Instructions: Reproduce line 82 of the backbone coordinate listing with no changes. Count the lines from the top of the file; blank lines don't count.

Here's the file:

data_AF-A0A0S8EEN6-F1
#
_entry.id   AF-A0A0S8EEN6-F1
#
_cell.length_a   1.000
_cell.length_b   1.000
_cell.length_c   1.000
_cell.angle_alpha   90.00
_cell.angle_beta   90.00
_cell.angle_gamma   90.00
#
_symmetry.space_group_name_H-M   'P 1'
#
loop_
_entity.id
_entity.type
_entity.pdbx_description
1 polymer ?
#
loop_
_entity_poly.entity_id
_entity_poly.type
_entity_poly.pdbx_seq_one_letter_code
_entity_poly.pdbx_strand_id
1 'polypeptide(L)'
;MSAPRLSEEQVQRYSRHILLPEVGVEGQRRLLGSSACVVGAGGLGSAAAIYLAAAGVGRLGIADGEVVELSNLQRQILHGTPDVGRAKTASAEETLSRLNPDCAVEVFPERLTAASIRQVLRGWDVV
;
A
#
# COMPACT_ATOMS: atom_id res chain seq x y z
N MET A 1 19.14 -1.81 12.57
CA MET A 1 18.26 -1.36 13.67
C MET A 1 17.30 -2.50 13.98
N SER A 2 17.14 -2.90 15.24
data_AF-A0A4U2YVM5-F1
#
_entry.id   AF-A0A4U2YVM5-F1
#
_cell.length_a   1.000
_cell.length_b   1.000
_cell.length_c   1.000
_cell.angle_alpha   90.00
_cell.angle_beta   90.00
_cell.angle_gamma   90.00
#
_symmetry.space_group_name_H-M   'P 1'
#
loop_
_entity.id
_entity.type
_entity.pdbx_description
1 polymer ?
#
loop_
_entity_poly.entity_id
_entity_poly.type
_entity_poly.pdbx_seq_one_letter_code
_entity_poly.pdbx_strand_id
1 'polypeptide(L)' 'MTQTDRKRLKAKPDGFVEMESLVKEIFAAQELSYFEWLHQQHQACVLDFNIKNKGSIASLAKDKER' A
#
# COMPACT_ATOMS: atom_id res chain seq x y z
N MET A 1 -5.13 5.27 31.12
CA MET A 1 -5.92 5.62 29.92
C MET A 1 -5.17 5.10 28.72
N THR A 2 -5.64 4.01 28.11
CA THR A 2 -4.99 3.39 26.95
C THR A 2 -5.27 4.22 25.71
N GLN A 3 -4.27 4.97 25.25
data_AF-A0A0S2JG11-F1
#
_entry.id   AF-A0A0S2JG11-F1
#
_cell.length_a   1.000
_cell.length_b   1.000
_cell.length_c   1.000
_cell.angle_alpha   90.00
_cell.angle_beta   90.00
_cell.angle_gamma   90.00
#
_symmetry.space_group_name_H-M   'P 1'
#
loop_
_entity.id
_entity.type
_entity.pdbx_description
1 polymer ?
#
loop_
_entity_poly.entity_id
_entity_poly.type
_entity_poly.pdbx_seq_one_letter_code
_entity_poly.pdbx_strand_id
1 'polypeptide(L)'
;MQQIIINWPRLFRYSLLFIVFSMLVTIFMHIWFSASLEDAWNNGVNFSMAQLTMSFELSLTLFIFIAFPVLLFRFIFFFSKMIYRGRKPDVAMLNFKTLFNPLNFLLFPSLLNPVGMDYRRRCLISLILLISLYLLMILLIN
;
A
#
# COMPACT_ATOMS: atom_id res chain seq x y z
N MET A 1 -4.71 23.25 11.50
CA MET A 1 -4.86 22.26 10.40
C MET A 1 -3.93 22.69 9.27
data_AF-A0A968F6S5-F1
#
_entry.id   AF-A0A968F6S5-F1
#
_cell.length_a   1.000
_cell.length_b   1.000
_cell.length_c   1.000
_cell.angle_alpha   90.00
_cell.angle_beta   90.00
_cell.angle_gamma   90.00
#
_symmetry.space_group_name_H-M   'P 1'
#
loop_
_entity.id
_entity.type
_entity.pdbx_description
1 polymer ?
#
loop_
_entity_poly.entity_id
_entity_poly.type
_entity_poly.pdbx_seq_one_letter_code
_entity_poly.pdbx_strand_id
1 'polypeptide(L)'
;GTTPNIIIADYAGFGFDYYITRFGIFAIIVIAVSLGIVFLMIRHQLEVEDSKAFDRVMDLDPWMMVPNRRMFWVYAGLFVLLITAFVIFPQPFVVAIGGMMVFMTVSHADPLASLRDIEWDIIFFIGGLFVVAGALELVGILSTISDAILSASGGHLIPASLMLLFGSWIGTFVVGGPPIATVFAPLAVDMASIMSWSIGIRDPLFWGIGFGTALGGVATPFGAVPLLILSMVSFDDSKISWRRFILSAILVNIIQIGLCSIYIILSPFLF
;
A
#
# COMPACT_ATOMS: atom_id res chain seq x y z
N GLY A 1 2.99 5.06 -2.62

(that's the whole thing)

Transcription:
loop_